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Aspiring CNM with a lotta questions!

anaphora anaphora (New) New

Hello, wonderful CNMs of AllNurses! I am a high school junior very interested in women's health nursing in general and the role of the CNM in particular. Of course, I'm still young and I have a lot of time to make up my mind, but I plan on pursuing a BSN directly out of college and receiving a CNM degree/license later in my twenties. I didn't even know what a CNM was until I found this board, and given that I'm interested in working with women and neonates, I figured I might as well ask a few questions to learn a bit more about this profession.

- Why did you choose to pursue nurse-midwifery over other careers in nursing (or een non-nursing careers)?

- What is your favorite part of your job (i.e., labor and delivery, well woman exams, managing birth control, etc.) and why?

- Where did you complete your CNM program? Did you have a good experience?

- This one is more for Texas CNMs: how is a job market for CNMs in Texas? Do you work in a hospital, birthing center, or home birth setting?

Thank you for taking the time to read/answer all of these, and have a lovely day!

I'm your age, so I can't help you with most of your questions, but I decided to pursuit midwifery/nursing after a lifelong fascination with it. If you can, go to your local bookstore and find some books about being a CNM (or similar). "Call the Midwife" is an awesome read about a woman who is a midwife in the 20th century (50's?) poor side of London living and working with nuns. It's super interesting.

Thank you so much!

I'll make sure to look for some literature this weekend at my local Barnes & Noble. "Call the Midwife" sounds really good.

Thank you so much!

I'll make sure to look for some literature this weekend at my local Barnes & Noble. "Call the Midwife" sounds really good.

Apparently it's also a BBC series, according to Google. :p

LibraSunCNM, MSN

Specializes in OB.

Hello, wonderful CNMs of AllNurses! I am a high school junior very interested in women's health nursing in general and the role of the CNM in particular. Of course, I'm still young and I have a lot of time to make up my mind, but I plan on pursuing a BSN directly out of college and receiving a CNM degree/license later in my twenties. I didn't even know what a CNM was until I found this board, and given that I'm interested in working with women and neonates, I figured I might as well ask a few questions to learn a bit more about this profession.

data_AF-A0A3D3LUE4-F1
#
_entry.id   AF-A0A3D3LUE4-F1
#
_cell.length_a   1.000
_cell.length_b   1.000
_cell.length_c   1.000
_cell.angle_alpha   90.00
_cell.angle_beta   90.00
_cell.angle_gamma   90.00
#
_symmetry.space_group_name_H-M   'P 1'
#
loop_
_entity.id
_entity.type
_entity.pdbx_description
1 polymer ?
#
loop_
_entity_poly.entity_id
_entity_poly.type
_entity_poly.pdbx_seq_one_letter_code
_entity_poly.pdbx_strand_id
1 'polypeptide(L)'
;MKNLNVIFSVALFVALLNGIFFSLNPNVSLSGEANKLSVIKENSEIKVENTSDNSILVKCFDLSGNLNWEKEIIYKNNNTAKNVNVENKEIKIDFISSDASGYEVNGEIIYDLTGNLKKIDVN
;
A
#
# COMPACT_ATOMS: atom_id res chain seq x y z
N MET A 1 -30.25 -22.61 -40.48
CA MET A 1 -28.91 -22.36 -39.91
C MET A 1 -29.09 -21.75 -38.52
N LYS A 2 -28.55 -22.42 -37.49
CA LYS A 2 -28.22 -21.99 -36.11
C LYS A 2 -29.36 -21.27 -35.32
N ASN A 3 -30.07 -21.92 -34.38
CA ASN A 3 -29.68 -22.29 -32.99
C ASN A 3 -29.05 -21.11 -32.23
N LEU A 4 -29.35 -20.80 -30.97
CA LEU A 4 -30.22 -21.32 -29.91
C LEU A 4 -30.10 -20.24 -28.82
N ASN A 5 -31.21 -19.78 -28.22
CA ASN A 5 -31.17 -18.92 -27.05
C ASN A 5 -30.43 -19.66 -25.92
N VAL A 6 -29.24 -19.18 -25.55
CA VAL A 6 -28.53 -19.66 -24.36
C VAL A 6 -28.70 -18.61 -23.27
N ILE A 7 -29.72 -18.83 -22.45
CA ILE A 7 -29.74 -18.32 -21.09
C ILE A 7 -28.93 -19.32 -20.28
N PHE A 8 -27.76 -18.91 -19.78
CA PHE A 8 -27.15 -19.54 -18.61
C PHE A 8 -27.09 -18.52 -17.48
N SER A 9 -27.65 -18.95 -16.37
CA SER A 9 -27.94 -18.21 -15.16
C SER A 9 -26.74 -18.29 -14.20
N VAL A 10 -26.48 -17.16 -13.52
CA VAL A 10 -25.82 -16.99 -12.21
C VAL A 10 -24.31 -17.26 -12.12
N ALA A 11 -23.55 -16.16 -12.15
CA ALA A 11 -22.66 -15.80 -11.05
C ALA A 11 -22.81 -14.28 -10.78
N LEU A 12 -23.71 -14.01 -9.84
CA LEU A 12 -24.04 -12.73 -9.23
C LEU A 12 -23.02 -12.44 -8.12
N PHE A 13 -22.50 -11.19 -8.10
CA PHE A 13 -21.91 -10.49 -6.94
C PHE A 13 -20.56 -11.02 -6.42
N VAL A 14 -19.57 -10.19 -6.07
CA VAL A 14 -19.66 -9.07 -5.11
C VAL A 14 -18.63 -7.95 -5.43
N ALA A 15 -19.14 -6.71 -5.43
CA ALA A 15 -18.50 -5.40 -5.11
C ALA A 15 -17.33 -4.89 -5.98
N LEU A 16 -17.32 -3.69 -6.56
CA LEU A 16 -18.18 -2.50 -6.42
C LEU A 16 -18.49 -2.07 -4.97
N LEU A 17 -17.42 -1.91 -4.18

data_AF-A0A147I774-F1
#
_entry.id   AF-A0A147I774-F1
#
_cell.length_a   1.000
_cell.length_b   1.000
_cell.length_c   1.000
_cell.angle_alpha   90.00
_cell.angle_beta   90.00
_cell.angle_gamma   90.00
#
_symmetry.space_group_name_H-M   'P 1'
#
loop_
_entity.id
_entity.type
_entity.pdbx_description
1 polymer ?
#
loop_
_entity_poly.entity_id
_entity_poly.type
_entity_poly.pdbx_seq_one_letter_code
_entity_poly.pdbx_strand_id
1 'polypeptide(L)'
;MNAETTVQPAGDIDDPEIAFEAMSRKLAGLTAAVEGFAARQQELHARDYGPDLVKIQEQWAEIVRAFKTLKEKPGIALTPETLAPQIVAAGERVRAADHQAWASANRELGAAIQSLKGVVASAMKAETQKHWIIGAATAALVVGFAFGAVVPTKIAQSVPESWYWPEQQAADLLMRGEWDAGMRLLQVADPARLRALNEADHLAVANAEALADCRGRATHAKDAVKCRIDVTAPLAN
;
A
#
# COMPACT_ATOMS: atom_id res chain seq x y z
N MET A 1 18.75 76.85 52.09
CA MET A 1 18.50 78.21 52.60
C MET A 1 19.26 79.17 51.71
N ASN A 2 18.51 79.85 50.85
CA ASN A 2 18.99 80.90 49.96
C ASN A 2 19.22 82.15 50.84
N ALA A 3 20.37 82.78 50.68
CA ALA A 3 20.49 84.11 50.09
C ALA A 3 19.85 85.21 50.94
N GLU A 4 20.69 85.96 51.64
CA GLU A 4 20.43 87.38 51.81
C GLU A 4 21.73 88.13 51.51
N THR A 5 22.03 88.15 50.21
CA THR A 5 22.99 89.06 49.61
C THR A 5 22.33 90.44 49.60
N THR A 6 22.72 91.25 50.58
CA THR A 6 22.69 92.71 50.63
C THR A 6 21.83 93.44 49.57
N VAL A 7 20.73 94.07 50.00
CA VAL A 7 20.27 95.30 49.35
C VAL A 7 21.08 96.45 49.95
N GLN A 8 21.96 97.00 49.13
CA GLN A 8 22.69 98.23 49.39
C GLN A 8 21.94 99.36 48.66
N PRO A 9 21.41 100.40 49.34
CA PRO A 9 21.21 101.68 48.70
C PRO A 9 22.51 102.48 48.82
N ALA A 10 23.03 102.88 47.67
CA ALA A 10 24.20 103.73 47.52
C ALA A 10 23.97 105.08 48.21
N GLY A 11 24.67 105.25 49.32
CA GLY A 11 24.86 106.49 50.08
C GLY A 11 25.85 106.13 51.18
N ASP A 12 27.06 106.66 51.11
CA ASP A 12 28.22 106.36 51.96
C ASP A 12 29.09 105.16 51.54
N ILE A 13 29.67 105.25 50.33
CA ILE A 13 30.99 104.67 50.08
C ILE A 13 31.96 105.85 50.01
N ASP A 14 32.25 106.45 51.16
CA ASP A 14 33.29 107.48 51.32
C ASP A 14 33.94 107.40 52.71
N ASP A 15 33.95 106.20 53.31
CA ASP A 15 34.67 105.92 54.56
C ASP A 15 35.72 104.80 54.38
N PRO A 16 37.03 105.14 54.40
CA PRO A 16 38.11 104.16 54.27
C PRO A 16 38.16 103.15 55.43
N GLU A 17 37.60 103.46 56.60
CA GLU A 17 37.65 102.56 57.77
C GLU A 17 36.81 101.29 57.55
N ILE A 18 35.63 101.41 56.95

- Why did you choose to pursue nurse-midwifery over other careers in nursing (or een non-nursing careers)?

- What is your favorite part of your job (i.e., labor and delivery, well woman exams, managing birth control, etc.) and why?

- Where did you complete your CNM program? Did you have a good experience?

- This one is more for Texas CNMs: how is a job market for CNMs in Texas? Do you work in a hospital, birthing center, or home birth setting?

Thank you for taking the time to read/answer all of these, and have a lovely day!

I decided to become a CNM when I was a junior in high school, same as yourself. I had been interested in birth and babies for a really long time, and in middle school/early high school thought I wanted to become an OB/GYN, but without a clear understanding of what that really meant. I didn't realize that the philosophy towards childbirth is generally completely medically-focused for MDs, and I also didn't really think about the fact that an OB/GYN is a surgeon, not just for C/S but other GYN surgeries. I basically thought I wanted to be an MD because those are the people who women normally go to for OB/GYN care in the U.S., statistically.

My mom had me with midwives and encouraged me to look into the CNM pathway. My dad's two sisters are both nurses and also encouraged me. I realized after some research that my philosophy towards birth actually aligned with the midwifery model of care. I read "The Red Tent" at the same time and somehow one day everything clicked in my brain and I realized, "Oh, THIS is actually what I want to do." I went to a traditional 4 year BSN program for my undergrad, worked in med/surg and postpartum while going back for my master's in midwifery, and here I am 13 years later with 2.5 years experience as a midwife!

My favorite part of the job is actually attending births, especially that of a woman whom I've gotten to take care of during the pregnancy. I love being able to form a close relationship with a woman and her family and feel the trust grow as the pregnancy progresses. I love feeling like I'm making a difference. I enjoy assisting with breastfeeding, and would someday like to complete the requirements to be an IBCLC. I also love when my patients come back with their babies for their postpartum visit so I can give them a kiss!

I went to NYU for midwifery, which was a so/so experience for me, but largely due to the program director at that time, who has since left. I've heard the new director is much better. However working at NYU Medical Center as a nurse allowed me to get huge discounts on tuition, so I didn't go into any debt for grad school. Overall I graduated, passed the boards, and got a good job, so I can't really complain.

Don't work in Texas, sorry!